partnering with curves

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my slightly used copy of NY Times Best Seller (also in paperback)

Long ago in another universe far removed from today, there were home economics departments, and home ec teachers in colleges, high schools, and junior high schools across American.

One of the many things they regularly taught their students was how to look good (i.e., pretty), in their home-made clothes whilst saving money.

They did it by teaching centuries old art principles of beauty:

  1. harmony,
  2. proportion,
  3. balance,
  4. rhythm, and
  5. emphasis.

And showing classes how to apply these principles to their wardrobe.

History professor Linda Przybyszewski has meticulously researched and footnoted her discoveries of some of these women in her book, The Lost Art of Dress ~ The Women Who Once Made America Stylish.

For me, it’s been revolutionary. A loud call to rethink what I’m making, and how and why I’m making it.

It started after I’d read blogger Lizzie Bramlett’s excellent review. Immediately I got the book from my library.

Ever since, I’ve thought more and more deeply about the essence of my wardrobe ~ my personal, visible reflection of who I am ~ and tried to stop dwelling on current fashion, or what I used to like or wear.

After all, this isn’t some far-removed universe I’m living in. It’s here & now.

So I’m trying to stop ignoring my curves, and instead learning how to deal with them. All while remaining true to my own style and set of current activities that are my life now.

It’s taken me two years to decide how to begin writing about this book, but there’s no way to describe how much the facts she presents have raised my awareness of a very surprising array of subjects.

Here’s another kind of curve ~

One of the things she suggests in the final chapter, “Epilogue:Legacies,” is a direct link between sewing and STEM (science, technology, engineering, maths) subjects.

And what does the world need desperately right now but more women in these fields.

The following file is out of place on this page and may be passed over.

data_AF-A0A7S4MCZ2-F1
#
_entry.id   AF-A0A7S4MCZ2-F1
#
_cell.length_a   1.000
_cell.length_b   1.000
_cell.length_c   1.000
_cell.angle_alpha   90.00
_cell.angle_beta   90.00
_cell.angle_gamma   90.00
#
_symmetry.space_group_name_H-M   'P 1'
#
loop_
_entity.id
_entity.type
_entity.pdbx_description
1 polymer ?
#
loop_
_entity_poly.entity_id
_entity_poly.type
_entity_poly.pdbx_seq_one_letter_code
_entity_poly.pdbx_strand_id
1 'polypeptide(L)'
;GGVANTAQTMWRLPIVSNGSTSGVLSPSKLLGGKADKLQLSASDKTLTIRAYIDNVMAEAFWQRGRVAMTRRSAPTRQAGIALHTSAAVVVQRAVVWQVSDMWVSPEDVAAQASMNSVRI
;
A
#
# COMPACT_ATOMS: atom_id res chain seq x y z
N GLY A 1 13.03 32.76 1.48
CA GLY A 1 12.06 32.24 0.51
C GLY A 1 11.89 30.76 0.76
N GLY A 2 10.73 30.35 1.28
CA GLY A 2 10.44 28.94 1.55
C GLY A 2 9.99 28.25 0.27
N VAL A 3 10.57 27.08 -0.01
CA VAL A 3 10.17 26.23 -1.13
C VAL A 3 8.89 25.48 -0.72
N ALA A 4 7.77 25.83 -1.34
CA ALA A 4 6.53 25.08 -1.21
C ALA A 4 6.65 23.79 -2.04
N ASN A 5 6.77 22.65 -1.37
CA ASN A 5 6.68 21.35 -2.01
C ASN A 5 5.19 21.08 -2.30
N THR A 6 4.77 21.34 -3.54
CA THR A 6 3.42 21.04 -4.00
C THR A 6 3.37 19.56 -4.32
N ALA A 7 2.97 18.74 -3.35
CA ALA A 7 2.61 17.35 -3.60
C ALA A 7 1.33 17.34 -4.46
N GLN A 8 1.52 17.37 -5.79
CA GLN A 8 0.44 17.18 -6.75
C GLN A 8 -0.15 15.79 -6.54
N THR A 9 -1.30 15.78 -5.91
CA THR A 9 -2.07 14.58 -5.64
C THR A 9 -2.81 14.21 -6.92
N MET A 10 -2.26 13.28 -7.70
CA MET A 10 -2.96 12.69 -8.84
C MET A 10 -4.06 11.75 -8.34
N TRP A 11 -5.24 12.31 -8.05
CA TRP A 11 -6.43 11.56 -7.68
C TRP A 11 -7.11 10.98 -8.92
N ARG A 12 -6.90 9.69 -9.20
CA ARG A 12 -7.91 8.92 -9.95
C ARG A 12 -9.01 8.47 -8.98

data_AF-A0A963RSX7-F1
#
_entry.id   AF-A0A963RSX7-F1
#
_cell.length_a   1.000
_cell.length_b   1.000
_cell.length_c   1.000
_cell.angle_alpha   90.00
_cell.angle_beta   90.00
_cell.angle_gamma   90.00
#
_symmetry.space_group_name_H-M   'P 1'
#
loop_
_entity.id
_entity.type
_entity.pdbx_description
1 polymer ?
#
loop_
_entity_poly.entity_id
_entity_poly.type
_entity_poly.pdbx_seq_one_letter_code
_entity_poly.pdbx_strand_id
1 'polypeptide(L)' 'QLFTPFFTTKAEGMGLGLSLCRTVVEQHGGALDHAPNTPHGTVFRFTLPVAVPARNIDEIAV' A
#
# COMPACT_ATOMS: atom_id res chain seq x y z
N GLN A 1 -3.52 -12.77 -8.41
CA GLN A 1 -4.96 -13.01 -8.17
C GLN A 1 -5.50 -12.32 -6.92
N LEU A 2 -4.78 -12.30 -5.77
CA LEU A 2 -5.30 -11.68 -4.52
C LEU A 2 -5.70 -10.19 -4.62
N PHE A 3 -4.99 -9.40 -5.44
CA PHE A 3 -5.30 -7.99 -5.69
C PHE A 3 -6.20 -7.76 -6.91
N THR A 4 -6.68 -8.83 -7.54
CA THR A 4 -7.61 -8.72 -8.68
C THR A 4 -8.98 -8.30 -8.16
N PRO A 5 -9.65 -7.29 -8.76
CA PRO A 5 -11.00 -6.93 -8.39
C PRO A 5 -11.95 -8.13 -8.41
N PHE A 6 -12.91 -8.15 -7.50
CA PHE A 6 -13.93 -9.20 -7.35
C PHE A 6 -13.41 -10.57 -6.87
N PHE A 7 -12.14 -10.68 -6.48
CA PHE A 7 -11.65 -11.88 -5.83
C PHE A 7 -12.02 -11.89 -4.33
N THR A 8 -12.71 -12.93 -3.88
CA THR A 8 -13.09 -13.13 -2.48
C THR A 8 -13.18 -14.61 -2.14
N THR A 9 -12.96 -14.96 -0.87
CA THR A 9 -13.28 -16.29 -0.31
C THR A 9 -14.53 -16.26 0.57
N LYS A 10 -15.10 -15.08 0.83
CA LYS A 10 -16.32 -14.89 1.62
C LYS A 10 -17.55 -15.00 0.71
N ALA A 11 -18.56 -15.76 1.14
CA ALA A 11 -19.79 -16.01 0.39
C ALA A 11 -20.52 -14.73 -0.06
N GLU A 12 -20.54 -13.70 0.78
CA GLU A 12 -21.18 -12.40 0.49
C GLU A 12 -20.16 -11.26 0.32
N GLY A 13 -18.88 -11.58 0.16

Once I started realizing how my sewing was related to engineering, I’ve had to re-think a lotta things. And that’s taken time, and probably isn’t finished.

Want to join me in re-thinking?

Thanks to Dr. P’s meticulous footnotes, I’ve got a little list of online texts for you to choose from. They all have chapters on the 5 elements listed above.

Because they’re old they’re out of copyright (and available for free). But don’t confuse old for no longer true. The principles still apply, only the names of styles have changed.

And also remember that different countries have different copyright laws; please obey yours!

If you’d like to read or listen to more of what Dr. Przybyszewski has said about the subject, go to this page of her web site for book and radio links.

  • Art In Every Day Life, Harriet Goldstein & Vetta Goldstein. The Macmillan Company.  1929    (The Kindle download has terrible mistakes everywhere which I assume is due to poor character recognition software (and possibly a poor original as well).
  • Principles of clothing selection, Helen Goodrich Buttrick, New York: Macmillan, 1923
  • Harmony In Dress, Mary Brooks Picken; Copyright, 1924, 1925, by International Education Publishing Company; Copyright in Great Britain
  • Dress and Look Slender, by Jane Warren Wells (also listed under Mary Brooks Picken), 1924; Personal Arts Company.
  • The Secrets of Distinctive Dress —  Harmonious, Becoming, and Beautiful Dress — its value and how to achieve it; 1918; p. 159. On-line from Harvard University here.
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time to enjoy some melon!

Now here’s a less revolutionary curve, with hopes that you have a lovely weekend, full of wonderful partnering with things that make you smile!

 

WordPress Weekly Photo Challenges here & here.

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4 thoughts on “partnering with curves

  1. Alexandria Sage

    As one who believes that wearing a coordinated, tasteful outfit makes you feel wonderful, I so appreciate this post. Highly interesting is the day of fast fashion.

    Reply
    1. CurlsnSkirls Post author

      Thank you so much. I agree with “tasteful & coordinated.” How do you feel about “graceful” or “chic,” which might be applied to a business suit or a beach ensemble?
      Am beginning to realize part of my fascination with vintage designs is that these principles weren’t lost along the way. What do you think?

      Reply

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